What is descriptive theory in ethics

Morals and ethics

The terms "ethics" (from Greek: ethos = habit, character, custom) and "morality" (from Latin: mores = customs) are often used differently.


Morality is understood to be the moral norms, principles or values ​​and moral dispositions, attitudes or character traits that we recognize as right and important or that are valid in a society.


By contrast, ethics is understood to be the theoretical preoccupation with the phenomenon of morality. Ethics can then be understood as one Theory of morality. It is a philosophical or also theological (theological ethics) discipline. As a scientific discipline, it deals, among other things, with the theoretical reflection of lived morality.


Ethics include those descriptive ethics, but above all the normative ethics and theMetaethics:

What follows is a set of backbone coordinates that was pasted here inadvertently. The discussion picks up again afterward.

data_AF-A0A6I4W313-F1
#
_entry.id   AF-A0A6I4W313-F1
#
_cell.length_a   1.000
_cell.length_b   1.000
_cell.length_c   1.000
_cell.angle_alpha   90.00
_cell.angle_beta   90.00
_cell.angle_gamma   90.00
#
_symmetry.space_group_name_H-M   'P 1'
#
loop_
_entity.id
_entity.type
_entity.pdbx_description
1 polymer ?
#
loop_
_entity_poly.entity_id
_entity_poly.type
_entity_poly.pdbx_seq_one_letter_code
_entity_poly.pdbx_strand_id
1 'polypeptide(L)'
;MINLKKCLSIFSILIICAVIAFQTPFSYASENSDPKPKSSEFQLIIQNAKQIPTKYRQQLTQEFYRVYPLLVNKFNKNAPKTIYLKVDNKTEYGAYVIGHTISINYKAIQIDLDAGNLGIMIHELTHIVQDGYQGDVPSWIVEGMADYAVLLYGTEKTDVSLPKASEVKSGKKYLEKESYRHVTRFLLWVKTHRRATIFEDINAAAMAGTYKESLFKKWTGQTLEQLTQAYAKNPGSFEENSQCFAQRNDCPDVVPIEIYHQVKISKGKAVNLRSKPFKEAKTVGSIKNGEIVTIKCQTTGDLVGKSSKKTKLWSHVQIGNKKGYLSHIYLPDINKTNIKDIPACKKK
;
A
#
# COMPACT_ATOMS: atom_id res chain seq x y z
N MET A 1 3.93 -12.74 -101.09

The descriptive ethics has, as the name suggests, to do with the description of ethical issues. For example, one can examine and show which ethical values, moral norms or virtues are or were valid in a certain society at a certain point in time.

The normative ethics on the other hand, it deals with normative questions by making normative claims or analyzing claims made by others and asking for the respective justifications for such claims. The also deals with normative claims and their justification applied ethics. The focus here is on specific areas and types of action, which is why some also speak of "area ethics". Applied ethics include science and technology ethics, medical ethics, environmental ethics, animal ethics, economic and legal ethics, among others.

TheMetaethics Finally examines the meaning of moral words (for example, "good") and moral judgments. In addition, theoretical justifications for normative statements are developed in it.